Trauma is the epidemic of the 21st century. It is a disease predominantly affecting those in the 3rd and 4th decades of life, striking at them with devastating socio-economic consequences. Currently in the UK, we are the best position we have been in treating this for at least the past 20 years, but there remains much to be done, especially around re-ablement of the survivor.
The conflict in Afghanistan has taught us so much that we can apply for the benefit of our NHS patients. One of the key principles has been the taking of the patient to the most appropriate hospital rather than the nearest. This idea of triage and bypass is not new but empowering the ambulance service to make these decisions has started to avoid the need for secondary transfers between hospitals.
Trauma is classified for statistical purposes using the Injury Severity Score (ISS). This scoring system assigns a numeric value to the patient's injuries. This helps divide the trauma into mild - moderate - severe. ISS of more than 8, represents moderate injury and ISS more than 15 represents severe injury. Severe injury and some cases of moderate injury are best managed in the Major Trauma Centre which has the ability through co-located specialities to deliver the care the patient needs. These patients are identified at the roadside using the pre-hospital triage tool and then they will by-pass the nearest hospital and be taken to the Major Trauma Centre.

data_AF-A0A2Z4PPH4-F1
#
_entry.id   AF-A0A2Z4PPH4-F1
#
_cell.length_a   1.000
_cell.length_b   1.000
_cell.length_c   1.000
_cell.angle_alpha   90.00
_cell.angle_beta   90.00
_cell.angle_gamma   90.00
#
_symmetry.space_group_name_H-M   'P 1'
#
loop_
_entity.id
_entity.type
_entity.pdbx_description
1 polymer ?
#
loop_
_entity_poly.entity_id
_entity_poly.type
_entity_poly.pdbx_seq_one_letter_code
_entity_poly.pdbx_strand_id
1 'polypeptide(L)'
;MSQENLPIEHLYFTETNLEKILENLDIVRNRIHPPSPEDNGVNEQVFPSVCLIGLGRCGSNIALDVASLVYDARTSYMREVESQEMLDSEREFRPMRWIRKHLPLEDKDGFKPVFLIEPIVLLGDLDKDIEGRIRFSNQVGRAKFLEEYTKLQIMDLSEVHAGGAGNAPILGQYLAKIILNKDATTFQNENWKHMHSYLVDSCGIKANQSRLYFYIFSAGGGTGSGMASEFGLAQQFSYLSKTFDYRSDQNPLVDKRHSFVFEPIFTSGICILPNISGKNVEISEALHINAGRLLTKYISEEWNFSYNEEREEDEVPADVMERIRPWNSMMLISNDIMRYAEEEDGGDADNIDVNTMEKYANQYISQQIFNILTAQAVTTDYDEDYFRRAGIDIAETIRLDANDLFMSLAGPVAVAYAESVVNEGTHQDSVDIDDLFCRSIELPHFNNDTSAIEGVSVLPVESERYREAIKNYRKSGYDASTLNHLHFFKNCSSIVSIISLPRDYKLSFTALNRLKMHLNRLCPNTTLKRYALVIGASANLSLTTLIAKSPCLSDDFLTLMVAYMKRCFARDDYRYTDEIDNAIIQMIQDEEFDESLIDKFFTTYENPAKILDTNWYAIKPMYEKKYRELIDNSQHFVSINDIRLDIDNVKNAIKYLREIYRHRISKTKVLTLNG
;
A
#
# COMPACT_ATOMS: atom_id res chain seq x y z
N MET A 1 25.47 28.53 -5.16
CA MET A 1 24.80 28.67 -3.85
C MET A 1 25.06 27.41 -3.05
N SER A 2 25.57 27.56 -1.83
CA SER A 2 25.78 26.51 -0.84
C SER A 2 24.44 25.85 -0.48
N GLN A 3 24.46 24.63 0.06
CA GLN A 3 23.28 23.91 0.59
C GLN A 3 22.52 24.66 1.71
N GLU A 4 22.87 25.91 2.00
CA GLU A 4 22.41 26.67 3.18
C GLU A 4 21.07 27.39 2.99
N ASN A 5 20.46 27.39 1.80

In some cases, by-pass may not be appropriate, even in severely injured cases and these will be taken to the nearest trauma unit for stabilisation.
Data is collected in a national database - Trauma Audit Research Network (TARN) - and this is used to reflect performance. The United Kingdom is served by in excess of twenty trauma networks and all are required to submit data to TARN.